British costume designer Jenny Beavan has an Oscar statuette to her name, plus nine other Oscar nominations for her notable costume work - the latest being her creations for George Miller's post-apocalyptic film Mad Max: Fury Road (2015).
But it is British comedian and TV host Stephen Fry whom she is most grateful to for raising her profile - so she said, with her tongue firmly in cheek, of course.
Beavan, 65, was the target of Fry's controversial joke at the Baftas two weeks ago, where she had picked up the award for Best Costume Design for Fury Road.
Assessing her casual leather jacket and scarf look, he had joked on stage: "Only one of the great cinematic costume designers would come to an awards ceremony dressed as a bag lady."
Fry defended himself on social media, saying that they are good friends and that she got the joke, but the overwhelming backlash he received online eventually led him to quit Twitter.
Beavan asserts to The Straits Times that she is not at all offended by Fry, whom she had previously worked with on films such as Sherlock Holmes: A Game Of Shadows (2011) and Gosford Park (2001).
Speaking over the telephone, the 65-year-old says with enthusiasm: "Oh, absolutely, we're on speaking terms. In fact, he has done me a lot of good. My profile has never been this high before."
If anything, she sounds even harsher on herself than Fry was.
"Well, you know what I look like - I'm small and fat and old, and I don't do frocks. These awards things are very tricky for me because I don't like the dressing up and the glamour. I prefer to remain in the background."
Personal style aside, she is one of the most well-respected in the business when it comes to dressing characters in movies.
Besides the Oscar win for her work on A Room With A View (1986), she has been recognised by the Academy for her designs on major films such as Sense And Sensibility (1995), Anna And The King (1999) and The King's Speech (2010).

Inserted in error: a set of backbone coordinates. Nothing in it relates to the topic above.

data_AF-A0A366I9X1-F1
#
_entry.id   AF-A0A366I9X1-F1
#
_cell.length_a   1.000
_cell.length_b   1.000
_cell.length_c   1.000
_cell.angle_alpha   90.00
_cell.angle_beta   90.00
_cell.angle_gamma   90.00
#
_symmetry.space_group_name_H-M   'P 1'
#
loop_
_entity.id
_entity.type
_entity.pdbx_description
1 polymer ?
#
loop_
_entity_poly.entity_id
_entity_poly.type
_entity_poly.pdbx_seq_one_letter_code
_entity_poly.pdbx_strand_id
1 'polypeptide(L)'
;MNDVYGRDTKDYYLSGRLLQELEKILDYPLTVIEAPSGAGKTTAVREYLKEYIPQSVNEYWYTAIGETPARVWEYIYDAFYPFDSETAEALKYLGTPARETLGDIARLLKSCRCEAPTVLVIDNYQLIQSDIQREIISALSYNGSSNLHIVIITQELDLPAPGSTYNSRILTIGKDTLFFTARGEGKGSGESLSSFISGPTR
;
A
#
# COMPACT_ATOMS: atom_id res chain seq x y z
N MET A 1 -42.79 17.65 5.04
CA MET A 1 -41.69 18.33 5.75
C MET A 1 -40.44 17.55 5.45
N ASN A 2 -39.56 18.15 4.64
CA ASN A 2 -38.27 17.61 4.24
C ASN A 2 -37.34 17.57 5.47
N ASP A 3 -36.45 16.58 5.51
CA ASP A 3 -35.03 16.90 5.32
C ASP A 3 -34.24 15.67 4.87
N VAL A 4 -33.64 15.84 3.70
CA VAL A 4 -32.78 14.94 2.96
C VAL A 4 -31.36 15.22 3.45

Given that most of her past work has been for period pieces, she says that she was particularly "excited" to be hired for Mad Max: Fury Road.
"It's just so different and I always love a challenge. I love my Jane Austens and I would love to do more of that, if anyone wants me to, but I've wanted to do something futuristic for a really long time.
"What's funny, though, is that, in a way, it's no different from working on period pieces. Every time you design a costume, you're helping to tell the story of the movie, so whether it's a modern or period piece, the process is the same."
She is not sure why director Miller chose her for the job - there was a list of 12 contenders, she says - but she got along very well with him as soon as they met.
"Executive producer of the film Iain Smith knew me from Alexander (2004) so he helped to promote me a bit. But, really, when I flew out to Australia to meet George, we just got on.
"He's a man who has made films about penguins and pigs, and I've worked on films about bonnets and corsets, and for some reason, I just think that's a great match," she says with a chuckle.
Other than the Mad Max movie franchise, which had starred Mel Gibson before Tom Hardy took over for Fury Road, Miller has also produced Babe (1995), featuring a sweet pig who wants to be a sheepdog, and directed animated film Happy Feet (2006), about singing penguins.
With fewer than two days to go before the Oscars - it will be aired in Singapore live on Monday morning - Beavan is not feeling any nerves.
Perhaps it helps that the other contenders in the same award category are her friends. She is up against Jacqueline West for The Revenant, Paco Delgado for The Danish Girl and double-nominee Sandy Powell for Cinderella and Carol.
She says enthusiastically: "All the costume designers had dinner together last night and we could be poisoning each other's soups.
"But no, we're good friends, so we'll just see what happens."
• The 88th Annual Academy Awards will be telecast live on HBO (StarHub TV Channel 601) on Monday from 8am. The encore telecast airs at 7pm the same day.